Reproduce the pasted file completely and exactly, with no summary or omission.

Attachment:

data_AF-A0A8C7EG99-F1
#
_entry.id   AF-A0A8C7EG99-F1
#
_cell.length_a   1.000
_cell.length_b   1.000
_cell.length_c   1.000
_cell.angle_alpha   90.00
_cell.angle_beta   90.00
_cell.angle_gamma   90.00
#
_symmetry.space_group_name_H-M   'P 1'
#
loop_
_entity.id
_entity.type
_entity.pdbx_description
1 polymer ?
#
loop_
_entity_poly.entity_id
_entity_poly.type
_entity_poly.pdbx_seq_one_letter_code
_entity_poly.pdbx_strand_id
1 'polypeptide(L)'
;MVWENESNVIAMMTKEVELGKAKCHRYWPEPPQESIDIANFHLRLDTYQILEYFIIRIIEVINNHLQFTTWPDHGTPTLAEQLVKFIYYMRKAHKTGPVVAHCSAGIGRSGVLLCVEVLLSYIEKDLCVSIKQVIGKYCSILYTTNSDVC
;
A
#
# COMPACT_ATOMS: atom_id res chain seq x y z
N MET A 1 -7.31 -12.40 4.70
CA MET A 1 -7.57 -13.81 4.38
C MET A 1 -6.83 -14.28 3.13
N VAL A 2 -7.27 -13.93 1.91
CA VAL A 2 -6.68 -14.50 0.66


data_AF-A0A8C7EG99-F1
#
_entry.id   AF-A0A8C7EG99-F1
#
_cell.length_a   1.000
_cell.length_b   1.000
_cell.length_c   1.000
_cell.angle_alpha   90.00
_cell.angle_beta   90.00
_cell.angle_gamma   90.00
#
_symmetry.space_group_name_H-M   'P 1'
#
loop_
_entity.id
_entity.type
_entity.pdbx_description
1 polymer ?
#
loop_
_entity_poly.entity_id
_entity_poly.type
_entity_poly.pdbx_seq_one_letter_code
_entity_poly.pdbx_strand_id
1 'polypeptide(L)'
;MVWENESNVIAMMTKEVELGKAKCHRYWPEPPQESIDIANFHLRLDTYQILEYFIIRIIEVINNHLQFTTWPDHGTPTLAEQLVKFIYYMRKAHKTGPVVAHCSAGIGRSGVLLCVEVLLSYIEKDLCVSIKQVIGKYCSILYTTNSDVC
;
A
#
# COMPACT_ATOMS: atom_id res chain seq x y z
N MET A 1 -7.31 -12.40 4.70
CA MET A 1 -7.57 -13.81 4.38
C MET A 1 -6.83 -14.28 3.13
N VAL A 2 -7.27 -13.93 1.91
CA VAL A 2 -6.68 -14.50 0.66